Hitchcock: Vertigo and Psycho
New Zealand Symphony Orchestra
Saturday 26 November 2016, Michael Fowler Centre, Wellington
A personal opinion from Stephen Gibbs
Hamish Mckeich, conductor
Bernard Herrmann, composer
6:00pm: Vertigo (1958)
10:00pm: Psycho (1960)
What an extraordinary – and wonderful – accomplishment.
Dolby © – eat your heart out!
The ultimate ‘home-theatre’ experience (with 500-600 other people)!
I have seen Vertigo and Psycho four or five times already, so I was keen to focus on the soundtrack. The cinematic spectacle was pervasive but, thankfully, the screen was not so big – no CinemaScope here. Some people were disappointed that the live orchestral sound obscured some of the dialogue, but that was the point for me!
Most often, a orchestral concert has a similar format – for example: a overture, a concerto and a symphony. Obviously these two concerts didn’t follow that format but there was a virtuoso performance on the night: Hamish McKeich. No doubt he practiced assiduously with a DVD, but his timing and pacing was impeccable. He had a tv screen on his podium and some sort of chronometer – maybe a pace / tempo marker – but he cued the various elements of the orchestra to perfection.
A note about cinema music. B-grade film composers (or C-, D-grade composers) often err on the side of too much music. Every scene has audio colours – in effect aural wallpaper or muzak. Bernard Herrmann didn’t make this mistake. Long periods of dialogue and compelling pauses meant that when the music was added is was a significant ‘character’ in the film.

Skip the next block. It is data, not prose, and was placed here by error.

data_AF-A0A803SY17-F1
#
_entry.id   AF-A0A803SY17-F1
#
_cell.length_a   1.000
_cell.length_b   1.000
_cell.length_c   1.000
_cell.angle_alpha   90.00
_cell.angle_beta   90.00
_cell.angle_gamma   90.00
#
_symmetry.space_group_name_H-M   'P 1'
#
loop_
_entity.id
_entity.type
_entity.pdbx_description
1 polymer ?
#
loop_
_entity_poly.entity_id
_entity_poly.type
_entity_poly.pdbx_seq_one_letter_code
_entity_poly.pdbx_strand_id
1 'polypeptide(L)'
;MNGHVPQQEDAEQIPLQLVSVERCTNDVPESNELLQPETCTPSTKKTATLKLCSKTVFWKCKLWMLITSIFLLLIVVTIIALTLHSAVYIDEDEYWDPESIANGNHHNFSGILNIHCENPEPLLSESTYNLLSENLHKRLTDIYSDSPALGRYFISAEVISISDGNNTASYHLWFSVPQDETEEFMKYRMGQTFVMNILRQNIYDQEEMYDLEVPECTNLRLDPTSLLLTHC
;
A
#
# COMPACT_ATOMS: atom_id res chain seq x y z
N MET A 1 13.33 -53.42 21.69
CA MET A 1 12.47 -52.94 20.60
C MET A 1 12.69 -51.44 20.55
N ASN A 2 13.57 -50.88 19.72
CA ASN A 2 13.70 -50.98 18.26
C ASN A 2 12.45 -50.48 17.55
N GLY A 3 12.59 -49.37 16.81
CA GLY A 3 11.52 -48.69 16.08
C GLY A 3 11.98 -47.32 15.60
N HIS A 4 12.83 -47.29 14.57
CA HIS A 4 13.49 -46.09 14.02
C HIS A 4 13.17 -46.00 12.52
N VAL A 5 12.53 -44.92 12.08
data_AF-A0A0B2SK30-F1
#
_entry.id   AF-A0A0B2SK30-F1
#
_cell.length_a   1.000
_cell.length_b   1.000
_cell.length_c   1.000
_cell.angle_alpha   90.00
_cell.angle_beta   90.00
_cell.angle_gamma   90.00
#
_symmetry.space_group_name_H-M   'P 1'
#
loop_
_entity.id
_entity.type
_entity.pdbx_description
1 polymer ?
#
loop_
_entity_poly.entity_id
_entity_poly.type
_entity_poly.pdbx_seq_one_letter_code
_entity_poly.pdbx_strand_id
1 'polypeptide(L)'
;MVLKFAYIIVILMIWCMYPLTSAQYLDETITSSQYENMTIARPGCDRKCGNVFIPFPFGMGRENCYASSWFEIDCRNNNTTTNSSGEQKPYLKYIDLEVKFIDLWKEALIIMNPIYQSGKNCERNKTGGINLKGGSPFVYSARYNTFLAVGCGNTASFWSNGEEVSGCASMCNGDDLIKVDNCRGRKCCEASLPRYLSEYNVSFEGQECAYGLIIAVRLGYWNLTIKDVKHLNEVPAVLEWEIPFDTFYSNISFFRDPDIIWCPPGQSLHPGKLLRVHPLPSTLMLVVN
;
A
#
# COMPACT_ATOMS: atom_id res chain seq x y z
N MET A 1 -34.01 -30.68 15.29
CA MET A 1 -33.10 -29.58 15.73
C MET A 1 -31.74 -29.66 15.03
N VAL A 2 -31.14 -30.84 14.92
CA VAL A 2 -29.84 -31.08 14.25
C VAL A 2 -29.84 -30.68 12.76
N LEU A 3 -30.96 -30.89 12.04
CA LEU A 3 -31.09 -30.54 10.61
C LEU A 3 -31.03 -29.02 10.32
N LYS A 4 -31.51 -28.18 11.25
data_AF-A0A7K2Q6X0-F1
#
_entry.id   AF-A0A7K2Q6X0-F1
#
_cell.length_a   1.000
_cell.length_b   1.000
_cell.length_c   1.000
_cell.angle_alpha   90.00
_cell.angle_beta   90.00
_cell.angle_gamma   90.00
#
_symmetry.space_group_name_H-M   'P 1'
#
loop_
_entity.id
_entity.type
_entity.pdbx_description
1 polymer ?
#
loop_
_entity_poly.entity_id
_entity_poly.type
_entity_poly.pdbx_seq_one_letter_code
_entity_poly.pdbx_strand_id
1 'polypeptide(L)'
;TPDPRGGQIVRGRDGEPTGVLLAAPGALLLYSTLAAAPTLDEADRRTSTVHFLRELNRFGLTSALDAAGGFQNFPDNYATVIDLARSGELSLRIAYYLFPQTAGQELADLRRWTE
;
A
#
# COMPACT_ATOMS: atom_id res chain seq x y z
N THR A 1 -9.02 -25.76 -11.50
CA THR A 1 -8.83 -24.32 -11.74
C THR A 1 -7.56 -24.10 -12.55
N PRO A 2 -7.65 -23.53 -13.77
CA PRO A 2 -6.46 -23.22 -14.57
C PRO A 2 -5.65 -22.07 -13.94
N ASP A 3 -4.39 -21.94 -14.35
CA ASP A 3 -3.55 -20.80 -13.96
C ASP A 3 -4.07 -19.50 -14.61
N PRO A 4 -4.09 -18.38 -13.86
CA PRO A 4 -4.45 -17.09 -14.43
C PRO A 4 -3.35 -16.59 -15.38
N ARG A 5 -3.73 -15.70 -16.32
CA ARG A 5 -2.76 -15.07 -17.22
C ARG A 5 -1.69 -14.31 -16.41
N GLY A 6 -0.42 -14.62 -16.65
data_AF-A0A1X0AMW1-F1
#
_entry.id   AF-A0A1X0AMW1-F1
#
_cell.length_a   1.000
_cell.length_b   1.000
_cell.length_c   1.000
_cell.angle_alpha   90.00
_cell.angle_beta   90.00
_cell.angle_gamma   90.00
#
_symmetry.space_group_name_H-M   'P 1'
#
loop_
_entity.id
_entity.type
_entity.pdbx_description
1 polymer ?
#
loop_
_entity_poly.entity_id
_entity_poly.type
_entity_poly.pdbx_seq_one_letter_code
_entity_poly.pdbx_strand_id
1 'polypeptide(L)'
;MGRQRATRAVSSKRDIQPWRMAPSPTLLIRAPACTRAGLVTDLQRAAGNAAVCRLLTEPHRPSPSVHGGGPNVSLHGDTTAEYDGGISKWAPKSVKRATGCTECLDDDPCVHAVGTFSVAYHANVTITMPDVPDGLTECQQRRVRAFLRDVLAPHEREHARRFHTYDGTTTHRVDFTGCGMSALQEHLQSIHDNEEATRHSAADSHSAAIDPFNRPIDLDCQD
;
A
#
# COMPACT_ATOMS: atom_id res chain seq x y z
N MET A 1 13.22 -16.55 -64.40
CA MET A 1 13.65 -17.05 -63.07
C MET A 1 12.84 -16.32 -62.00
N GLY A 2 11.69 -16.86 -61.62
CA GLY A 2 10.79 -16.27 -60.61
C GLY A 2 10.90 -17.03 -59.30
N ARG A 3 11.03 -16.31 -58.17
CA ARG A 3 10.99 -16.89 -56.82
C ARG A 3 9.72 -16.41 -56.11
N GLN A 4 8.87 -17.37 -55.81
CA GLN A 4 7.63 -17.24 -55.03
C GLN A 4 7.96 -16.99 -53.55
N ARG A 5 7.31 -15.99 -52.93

Another thing about cinema music: digetic and non-digetic music. The soundtrack is termed diegetic if it is part of the narrative sphere of the film: the characters in the film are listening to the music. If, on the other hand, music plays in the background but cannot be heard by the film’s characters, it is termed non-digetic. For example, in Vertigo, John “Scottie” Ferguson ex-fiancée Midge Wood plays a stereo recording of a Mozart Symphony – digetic. Clearly they are listening to it themselves, and it was not appropriate for the NZSO to mimic that element of the soundtrack! But when Scottie and Madeleine finally succumb to passion and they kiss, amidst the crashing waves on the rocky shore, the emotive throbbing and the swelling string crescendo was not actually audible to the characters themselves – obviously.
So, the films were prepared with the dialogue, sound effects (the foley artists) and digetic music included, but the orchestra soundtrack was omitted.
At the outset the prelude to the police chase scene in Vertigo, with busy strings, brass punctuation and woodwind interjections, was stunning in the force and the breadth of the orchestra sound. The timbre was thrilling.
Vertigo requires a full orchestra and basically it was a like a opera score. Other commentators have said that Herrmann modelled the score on elements from Wagner’s Tristan and Isolde. I couldn’t comment about that – but certainly, even when the score built to a rapturous and passionate climax, there were touches of pathos and tragedy.
Psycho, on the other hand, requires only a string orchestra, but what a score! The strings were subtle and savage, passionate and poignant. Often the melody was lower down – with the violins as a descant. Repetitive rhythm patterns and chords structure with contrary motion in the parts was well used – and in effect, it was focusing the disparate characters to the Bates Hotel and their madness of Norman.
Both films were applauded robustly – and it was gratifying to see that accolades were shared by the composers and the musicians, AND the actors and director.